I’ve been having a lot of pain at my knees and elbows, so Sunday night I tried Capzasin, an over-the-counter pain reliever containing capsaicin, an ingredient in red pepper. It’s natural, OTC and recommended by my doctor, so it’s got to be good stuff, right?
10:00 Applied Capzasin, There was a little burning, but the makers say that’s normal.
11:30 Woke with horrible, HORRIBLE burning. Turned on the light and saw the skin on my elbows and knees was fiery red.
Helpful advice on the package recommends washing with soap and cool water if the burning becomes intolerable. If that doesn't work, try dish detergent. If that doesn't work, try vegetable oil.
1:00 Nothing worked and the pain was getting worse. In fact, the repeated washings carried the red pepper downstream, resulting in additional pain and redness on forearms and shins. Time to wake the husband.
Husband blinked twice, looked once, freaked out. The package warnings also say if skin becomes red or blistered, see a doctor. Husband thought we should head to the ER for a fun-filled night with our still-sleeping 7-year old.
Nothin’ doin’. Not unless my arms and legs burst into blue flames—which seemed a possibility. Instead we tried again with the soap, detergent and vegetable oil in various combinations. Still no relief.
1:45 Googled “Capzasin burns.” Found hundreds of complaints, some citing blistering and scarring. One victim found relief by applying cold milk to the burned areas, which we figured made at least as much sense as applying red pepper.
1:50 Pain and redness began subsiding almost immediately.
3:00 Back to bed with my arms and legs swathed in milk-soaked paper towels and iced dishtowels.
6:30 Most of pain and redness gone.
6:35 Remembered how much I love pharmaceutical pain relievers. (See 12/31/08 blog post, “High for the Holidays”.)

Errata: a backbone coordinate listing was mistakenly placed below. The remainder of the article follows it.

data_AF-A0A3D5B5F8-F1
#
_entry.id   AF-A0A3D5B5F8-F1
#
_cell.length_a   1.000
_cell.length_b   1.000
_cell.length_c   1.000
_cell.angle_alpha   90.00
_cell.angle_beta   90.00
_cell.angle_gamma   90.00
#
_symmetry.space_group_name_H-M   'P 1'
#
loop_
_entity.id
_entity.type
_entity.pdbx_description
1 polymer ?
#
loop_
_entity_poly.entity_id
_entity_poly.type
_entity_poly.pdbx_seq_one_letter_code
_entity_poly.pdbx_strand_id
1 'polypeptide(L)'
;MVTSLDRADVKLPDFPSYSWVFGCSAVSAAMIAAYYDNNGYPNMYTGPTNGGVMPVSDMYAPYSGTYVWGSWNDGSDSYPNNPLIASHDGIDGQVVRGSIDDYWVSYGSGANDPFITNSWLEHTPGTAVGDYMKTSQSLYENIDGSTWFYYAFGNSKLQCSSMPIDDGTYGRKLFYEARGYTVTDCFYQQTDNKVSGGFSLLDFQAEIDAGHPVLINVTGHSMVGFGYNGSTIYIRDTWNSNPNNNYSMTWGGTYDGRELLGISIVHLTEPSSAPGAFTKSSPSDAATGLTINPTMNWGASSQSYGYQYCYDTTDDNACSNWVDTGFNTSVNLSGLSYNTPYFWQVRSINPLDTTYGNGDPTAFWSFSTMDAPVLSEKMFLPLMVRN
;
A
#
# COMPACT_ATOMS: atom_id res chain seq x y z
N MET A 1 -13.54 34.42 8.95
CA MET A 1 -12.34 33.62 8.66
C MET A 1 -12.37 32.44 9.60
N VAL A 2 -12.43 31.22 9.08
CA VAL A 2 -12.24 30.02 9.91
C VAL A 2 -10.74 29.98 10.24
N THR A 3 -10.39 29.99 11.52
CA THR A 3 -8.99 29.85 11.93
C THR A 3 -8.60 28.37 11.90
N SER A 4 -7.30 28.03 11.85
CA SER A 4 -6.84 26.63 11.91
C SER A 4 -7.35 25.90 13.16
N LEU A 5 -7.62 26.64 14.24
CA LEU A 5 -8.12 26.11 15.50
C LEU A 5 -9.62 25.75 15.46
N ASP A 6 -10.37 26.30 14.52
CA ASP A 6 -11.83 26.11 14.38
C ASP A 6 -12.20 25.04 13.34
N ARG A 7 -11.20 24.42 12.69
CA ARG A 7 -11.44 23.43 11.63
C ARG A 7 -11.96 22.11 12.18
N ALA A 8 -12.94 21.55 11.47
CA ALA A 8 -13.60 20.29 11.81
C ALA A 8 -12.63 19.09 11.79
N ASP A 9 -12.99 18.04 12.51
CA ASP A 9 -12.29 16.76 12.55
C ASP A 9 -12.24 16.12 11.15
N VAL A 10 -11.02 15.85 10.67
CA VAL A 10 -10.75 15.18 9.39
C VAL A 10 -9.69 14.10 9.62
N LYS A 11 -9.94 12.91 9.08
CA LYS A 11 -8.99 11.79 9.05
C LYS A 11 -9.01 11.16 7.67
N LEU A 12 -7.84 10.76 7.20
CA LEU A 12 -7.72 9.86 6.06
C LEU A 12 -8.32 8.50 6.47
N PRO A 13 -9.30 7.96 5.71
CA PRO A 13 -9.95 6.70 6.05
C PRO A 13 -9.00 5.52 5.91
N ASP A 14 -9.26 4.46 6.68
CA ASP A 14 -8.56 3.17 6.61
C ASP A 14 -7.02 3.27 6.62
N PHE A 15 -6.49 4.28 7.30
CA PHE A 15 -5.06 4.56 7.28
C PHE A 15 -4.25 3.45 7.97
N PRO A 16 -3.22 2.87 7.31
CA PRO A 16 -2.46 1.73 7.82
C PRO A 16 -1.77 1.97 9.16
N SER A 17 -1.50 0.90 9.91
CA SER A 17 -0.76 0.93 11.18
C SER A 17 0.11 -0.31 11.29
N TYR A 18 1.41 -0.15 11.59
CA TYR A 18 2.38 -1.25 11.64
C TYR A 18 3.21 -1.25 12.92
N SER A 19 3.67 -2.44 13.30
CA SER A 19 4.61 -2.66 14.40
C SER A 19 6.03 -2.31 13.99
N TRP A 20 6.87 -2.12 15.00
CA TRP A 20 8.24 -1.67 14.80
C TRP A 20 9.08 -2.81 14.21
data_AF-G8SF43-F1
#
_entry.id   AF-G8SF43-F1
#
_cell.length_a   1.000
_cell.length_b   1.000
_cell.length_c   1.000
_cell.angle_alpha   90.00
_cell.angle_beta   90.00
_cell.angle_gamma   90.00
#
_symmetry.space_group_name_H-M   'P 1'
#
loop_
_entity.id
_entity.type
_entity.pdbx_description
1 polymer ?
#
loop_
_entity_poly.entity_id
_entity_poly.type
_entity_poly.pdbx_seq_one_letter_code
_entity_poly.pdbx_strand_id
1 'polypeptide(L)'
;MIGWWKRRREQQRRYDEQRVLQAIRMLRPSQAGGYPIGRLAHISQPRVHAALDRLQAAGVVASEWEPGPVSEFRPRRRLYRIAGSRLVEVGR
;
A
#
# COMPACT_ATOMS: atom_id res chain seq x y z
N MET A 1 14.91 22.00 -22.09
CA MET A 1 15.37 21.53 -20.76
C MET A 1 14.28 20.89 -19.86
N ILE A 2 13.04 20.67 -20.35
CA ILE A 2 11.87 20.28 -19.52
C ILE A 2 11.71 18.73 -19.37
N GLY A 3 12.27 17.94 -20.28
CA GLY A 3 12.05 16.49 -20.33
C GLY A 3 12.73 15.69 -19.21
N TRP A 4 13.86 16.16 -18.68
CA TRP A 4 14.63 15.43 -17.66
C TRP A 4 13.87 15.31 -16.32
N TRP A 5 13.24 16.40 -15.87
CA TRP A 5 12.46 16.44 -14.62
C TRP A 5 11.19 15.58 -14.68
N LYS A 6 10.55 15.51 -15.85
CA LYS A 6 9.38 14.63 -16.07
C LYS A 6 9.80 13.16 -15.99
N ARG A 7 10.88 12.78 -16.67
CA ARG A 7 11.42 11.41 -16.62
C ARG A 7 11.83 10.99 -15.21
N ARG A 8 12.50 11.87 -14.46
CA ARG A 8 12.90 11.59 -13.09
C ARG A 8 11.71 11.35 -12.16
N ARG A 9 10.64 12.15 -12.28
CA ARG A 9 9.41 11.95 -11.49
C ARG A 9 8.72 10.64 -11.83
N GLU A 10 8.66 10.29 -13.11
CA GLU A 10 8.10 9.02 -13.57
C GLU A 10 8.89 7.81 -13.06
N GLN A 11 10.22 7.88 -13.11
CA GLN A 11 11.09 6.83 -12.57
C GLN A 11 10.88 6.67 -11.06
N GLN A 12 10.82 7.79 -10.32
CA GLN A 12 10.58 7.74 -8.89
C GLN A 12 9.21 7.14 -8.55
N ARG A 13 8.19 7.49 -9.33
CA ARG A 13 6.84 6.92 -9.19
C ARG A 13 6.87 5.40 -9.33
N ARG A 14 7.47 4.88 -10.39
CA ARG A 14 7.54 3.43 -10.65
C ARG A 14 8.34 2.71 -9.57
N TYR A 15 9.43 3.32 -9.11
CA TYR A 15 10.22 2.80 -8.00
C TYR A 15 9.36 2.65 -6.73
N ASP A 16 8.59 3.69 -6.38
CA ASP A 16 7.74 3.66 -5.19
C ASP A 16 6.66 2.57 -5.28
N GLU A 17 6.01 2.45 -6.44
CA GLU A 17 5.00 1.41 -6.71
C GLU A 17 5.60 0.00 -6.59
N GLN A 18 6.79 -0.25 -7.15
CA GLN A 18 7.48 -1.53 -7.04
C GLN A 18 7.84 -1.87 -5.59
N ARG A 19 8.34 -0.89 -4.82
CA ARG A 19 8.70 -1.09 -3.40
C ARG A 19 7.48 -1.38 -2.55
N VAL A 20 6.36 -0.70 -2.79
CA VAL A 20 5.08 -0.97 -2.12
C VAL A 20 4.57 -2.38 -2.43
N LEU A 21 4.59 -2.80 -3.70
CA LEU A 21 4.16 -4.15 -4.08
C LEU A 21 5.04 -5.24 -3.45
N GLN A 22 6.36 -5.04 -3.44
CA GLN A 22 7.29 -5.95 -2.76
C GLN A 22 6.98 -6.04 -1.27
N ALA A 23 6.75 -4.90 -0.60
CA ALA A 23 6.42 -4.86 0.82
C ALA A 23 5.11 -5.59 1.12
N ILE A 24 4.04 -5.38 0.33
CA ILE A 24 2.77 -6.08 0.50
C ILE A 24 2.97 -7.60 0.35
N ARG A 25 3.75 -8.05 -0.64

OK. So here’s the latest in summer camps: cooking camp. For a small fortune, we sent our 7-year-old son last week to learn all about kitchen sanitation, grocery shopping, veggie chopping and bread baking.
Of course the best way to learn is by doing, so at camp he made his own lunch and washed his own dishes after he ate. Then came the very coolest part of all: He spent the afternoon cooking and brought dinner home for the three of us every night!
He made a grown-up mac and cheese with smoked Gouda, ham and mushrooms; a Greek lasagna with béchamel; and a meatloaf listed on the menu as Not Your Mother’s Meatloaf, so he left out all the veggies I usually add.
Saturday morning we attended graduation where he received his own monogrammed apron and toque, and we bought a personalized DVD with pictures of Jack working in the kitchen and eating lunches with the other kids. (It looks like he’s the only one who needed a stool to reach the workstations.)
All week I dared to dream that Jack would someday make someone a good husband, and that he would take after me and grow up loving to prepare and eat good foods. His father didn’t pass on that gene. His father gets home from work earlier than I do, and so used to make dinners. But I could only eat so many boiled hotdogs, and BBQ potato chips don’t really qualify as vegetables, so I’m in charge of dinners again.
This week we’re back to our usual drudgery of making our own dinners, while Jack’s back to his regular camp and swimming every afternoon. But I’ve been thinking about a coworker’s suggestion: Why stop at cooking camp? I’d pay a thousand bucks to be able to send my son to laundry camp for a week.
The curriculum could include things like washer settings, stain removal, sorting to prevent thinks like shrinkage, fading and bleach spots. He could learn those sophisticated techniques to avoid ruining clothes by overstuffing the washer and then leaving them on the hottest Wrinkle Guard setting for hours.
My son would learn how not to ruin clothes like his father does, then he gets that pathetic look when I start screaming at him for the hundredth time about how he’s ruining brand new clothes, and don’t bitch about the money I spend on clothes, and if I didn’t have to keep replacing them … then he gets all defensive and starts screaming asinine things like “Screw it then! I was only trying to help! … You don’t appreciate anything I do! Don’t you dare! Don’t you dare talk about my mother! My mother is a saint and you’re …”
But I digress. It’s summer again, and I guess no matter how old I get, I still slip into summer daydreams.